The Larapinta is a track that is renowned for fairly tough going, but the visual rewards are worth it as crystal-clear blue skies contrast brilliantly with the fiery red of the earth of the Aussie outback. All of this is, of course, made even more special buy the in-depth geological and cultural knowledge that the Trek Larapinta guides possess.

In all, while the track is doable by independent hikers, the ability to have all the hassles and irritants – not to mention dangers – mostly taken out of the equation and simply enjoy the wonderful, untamed landscape as well as the friendly company of fellow travellers makes a guided tour of the Larapinta highly recommended.


3. Go Hot Air Ballooning

Location: 35 Kennett Ct, Alice Springs

The vastness of the Australian outback is sometimes difficult to comprehend – the size of our country is truly huge, and the sheer degree of rugged emptiness that makes up this portion of the country is both beautiful and humbling at the same time.

What better way, then, to get an entirely new perspective on this dramatic scale than soaring gracefully above the landscape in from several hundred metres above the ground?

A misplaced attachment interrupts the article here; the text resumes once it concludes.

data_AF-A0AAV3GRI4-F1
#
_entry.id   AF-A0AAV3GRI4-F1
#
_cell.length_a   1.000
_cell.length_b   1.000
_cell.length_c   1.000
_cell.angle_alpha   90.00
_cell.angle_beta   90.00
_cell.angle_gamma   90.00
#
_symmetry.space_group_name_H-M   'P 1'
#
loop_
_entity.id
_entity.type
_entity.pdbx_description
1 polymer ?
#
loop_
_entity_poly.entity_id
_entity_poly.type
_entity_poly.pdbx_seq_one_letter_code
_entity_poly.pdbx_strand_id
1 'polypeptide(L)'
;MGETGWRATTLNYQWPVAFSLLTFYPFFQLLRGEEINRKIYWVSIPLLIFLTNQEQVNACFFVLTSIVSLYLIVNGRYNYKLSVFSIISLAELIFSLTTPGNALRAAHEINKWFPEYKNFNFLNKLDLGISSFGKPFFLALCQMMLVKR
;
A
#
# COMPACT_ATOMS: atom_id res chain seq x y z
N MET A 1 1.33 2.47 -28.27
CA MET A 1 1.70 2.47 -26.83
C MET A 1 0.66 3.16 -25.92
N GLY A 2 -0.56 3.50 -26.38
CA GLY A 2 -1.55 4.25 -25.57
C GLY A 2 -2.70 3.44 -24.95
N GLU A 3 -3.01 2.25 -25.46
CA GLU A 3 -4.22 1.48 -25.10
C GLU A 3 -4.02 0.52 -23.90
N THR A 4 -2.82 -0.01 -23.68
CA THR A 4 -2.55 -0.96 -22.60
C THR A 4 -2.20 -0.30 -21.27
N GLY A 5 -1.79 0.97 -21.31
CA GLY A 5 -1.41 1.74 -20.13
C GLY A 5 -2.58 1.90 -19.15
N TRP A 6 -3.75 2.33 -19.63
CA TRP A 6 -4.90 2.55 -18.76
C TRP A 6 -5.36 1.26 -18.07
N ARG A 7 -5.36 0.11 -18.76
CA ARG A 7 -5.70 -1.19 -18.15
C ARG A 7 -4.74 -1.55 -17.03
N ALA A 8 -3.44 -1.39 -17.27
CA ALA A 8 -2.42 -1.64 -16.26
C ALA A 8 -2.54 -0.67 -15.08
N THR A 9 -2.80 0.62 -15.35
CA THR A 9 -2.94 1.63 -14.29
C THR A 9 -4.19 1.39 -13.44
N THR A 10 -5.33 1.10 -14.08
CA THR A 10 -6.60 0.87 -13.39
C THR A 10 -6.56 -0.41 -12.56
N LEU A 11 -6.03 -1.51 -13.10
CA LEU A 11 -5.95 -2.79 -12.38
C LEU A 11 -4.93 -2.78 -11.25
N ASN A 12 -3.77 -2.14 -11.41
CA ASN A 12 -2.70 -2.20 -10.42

It's here that local operator Outback Ballooning comes in, offering a hot air ballooning experience that stands out for offering one of the unique panoramas in the country. With almost universally-clear skies due to the desert's lack of moisture, the clear air means it's the perfect venue to climb into the basket and get airborne for some unforgettable views of the desert.

Departing early in the morning when conditions are at their stillest (don't worry, you'll be kept warm by the flame filling the balloon overhead), the spectacle of the sun slowly rising over the desert and highlighting its many furrows and slopes creates a vivid tableau of colours that have to be seen to be believed.

The sunshine reflects off the rugged MacDonnell Ranges as you float gently across the vast expanses of the Red Centre and offers some incredible photo opportunities, while the eerie silence allows the ballooning guides to provide you with clear and interesting commentary throughout the journey.